Balancing work and life can seem like an impossible task. Meeting the demands of family, children, work, and personal health can feel like climbing a greased pole. But Argosy University Associate Professor Nancy Aragon has some tips to achieving work-life balance. She spoke with VOA Now! host David Byrd.
BYRD: What are some of the top indicators that work and life are out of balance?
ARAGON: Well the first one is stress – that “s” word. We all know that word. But what does that mean? If you’re feeling like you’re running late constantly, cutting corners on everything whether at work or your family or yourself just to get something done because there’s always something else that you have to get done. Perhaps you’re being a little more irritable. Maybe you’re not satisfied with your life in general any more – or your job specifically or your family. And also there’s a variety of physical and mental symptoms associated with a life out of balance including weight gain, depression, and burnout.
BYRD: We live in a very technological age, where people are reliant on cell phones, or iPads, or computers. Is technology a help or a hindrance in work-life issues?
ARAGON: Yes (laughs). And I say yes because it’s both. It can be a help; it can be a hindrance. The key really is how you allow technology to operate in your life. For example, technology has increased my ability to communicate with my family, my co-workers, 24-7. But at the same time, where are those boundaries? So I have to set those boundaries that equate to a comfortable balance for me with my co-workers, with my students. When am I willing to reply to their e-mails, text messages, and phone calls, so forth? And the same for my family, my children, too. I have had to be that parent that takes away my children’s technology if they are abusing it. So, technology – it’s definitely improved our lives: the ability for me to be able to text my high school child to make sure she’s got a ride home or remembered this appointment, or something along those lines is beautiful. I would not want to give up that technology. But we have to at the same time protect our barriers so that there is me time without technology. And it’s very simple: turn it off, leave it at the office. There are some organizations that have actually played around with that: having a day where when employees leave for the day they have to drop their cell phone off, it’s a leave your phone at work night. And the anecdotal evidence has been very positive, that’s a very positive thing for those employees. So, play around with that in your own life would be my suggestion; find the balance so that technology is a help, not a hindrance in your work-life balance.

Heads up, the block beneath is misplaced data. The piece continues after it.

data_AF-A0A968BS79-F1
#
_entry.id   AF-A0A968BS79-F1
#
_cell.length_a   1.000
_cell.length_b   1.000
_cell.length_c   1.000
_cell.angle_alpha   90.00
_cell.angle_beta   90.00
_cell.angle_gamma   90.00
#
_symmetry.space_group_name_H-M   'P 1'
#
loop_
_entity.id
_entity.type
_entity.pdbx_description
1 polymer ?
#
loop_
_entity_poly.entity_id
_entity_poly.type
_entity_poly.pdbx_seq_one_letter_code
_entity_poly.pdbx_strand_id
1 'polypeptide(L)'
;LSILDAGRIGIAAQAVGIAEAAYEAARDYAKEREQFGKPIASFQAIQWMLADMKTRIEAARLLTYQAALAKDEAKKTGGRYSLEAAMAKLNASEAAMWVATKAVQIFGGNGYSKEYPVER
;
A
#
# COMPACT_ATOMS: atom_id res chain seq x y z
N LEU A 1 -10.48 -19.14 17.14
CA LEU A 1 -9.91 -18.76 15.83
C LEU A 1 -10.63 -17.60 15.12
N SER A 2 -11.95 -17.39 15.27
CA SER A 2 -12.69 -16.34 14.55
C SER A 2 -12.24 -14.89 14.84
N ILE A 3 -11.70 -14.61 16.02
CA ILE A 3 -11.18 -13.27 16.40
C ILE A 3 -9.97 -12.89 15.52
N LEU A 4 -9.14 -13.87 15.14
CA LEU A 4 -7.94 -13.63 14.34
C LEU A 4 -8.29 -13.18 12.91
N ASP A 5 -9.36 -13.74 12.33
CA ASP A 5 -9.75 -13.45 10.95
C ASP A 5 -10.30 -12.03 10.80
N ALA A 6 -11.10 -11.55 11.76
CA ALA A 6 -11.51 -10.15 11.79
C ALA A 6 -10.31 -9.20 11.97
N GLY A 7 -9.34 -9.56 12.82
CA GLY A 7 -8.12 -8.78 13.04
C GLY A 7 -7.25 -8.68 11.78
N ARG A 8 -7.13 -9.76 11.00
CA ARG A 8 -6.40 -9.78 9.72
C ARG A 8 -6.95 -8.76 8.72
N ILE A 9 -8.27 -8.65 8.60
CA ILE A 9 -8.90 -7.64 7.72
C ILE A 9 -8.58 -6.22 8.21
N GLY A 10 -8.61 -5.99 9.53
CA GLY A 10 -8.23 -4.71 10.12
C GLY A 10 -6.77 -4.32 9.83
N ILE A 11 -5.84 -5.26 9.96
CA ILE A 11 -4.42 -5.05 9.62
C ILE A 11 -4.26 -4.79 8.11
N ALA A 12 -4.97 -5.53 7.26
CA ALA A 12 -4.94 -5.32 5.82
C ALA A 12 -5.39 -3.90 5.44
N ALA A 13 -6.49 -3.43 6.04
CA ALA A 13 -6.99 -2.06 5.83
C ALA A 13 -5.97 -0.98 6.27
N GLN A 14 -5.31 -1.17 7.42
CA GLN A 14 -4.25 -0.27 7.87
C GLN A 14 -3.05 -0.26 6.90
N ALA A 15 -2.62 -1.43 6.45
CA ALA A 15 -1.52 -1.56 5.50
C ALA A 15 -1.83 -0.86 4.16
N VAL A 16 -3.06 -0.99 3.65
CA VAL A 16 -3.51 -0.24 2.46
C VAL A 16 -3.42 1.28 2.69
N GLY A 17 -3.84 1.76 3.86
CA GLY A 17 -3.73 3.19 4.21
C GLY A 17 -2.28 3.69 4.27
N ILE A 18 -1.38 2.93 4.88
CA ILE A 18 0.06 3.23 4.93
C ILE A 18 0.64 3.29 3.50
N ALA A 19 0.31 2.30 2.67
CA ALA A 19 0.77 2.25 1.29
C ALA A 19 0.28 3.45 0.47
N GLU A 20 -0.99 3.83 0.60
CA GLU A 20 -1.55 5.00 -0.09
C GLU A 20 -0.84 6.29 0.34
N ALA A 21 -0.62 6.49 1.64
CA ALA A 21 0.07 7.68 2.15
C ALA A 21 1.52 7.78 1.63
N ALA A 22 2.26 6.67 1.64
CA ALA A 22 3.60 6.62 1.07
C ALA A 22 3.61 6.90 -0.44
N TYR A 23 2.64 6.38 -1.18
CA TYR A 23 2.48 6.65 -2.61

BYRD: How would you define a work-life balance? You’ve said stress is an indicator of a dysfunction; how would you say a health work-life balance looks?
ARAGON: Well, there are actually a lot of definitions out there in the literature regarding a healthy work-life balance. But to oversimplify there are two main views: one that sees work-life issues as born inherently of conflict and the other sees work-life as an opportunity for abundance and synergy. So the first view would say that a healthy work-life balance is one that minimizes conflict. And the second would suggest that a healthy work-life is one that optimizes opportunity and well-being. I really can’t choose which one I like most. I like both. I think it really kind of depends. If you’re an individual who is already struggling with a deeply out of balance work-life situation, then I think maybe that first definition would be the most useful for that individual: seek to minimize the conflict that’s already characterizing your life. And then once you start obtaining that reduced conflict, then you can start to strive to move from conflict minimization to seeking abundance and synergy between the opportunities your work affords your life and vice versa.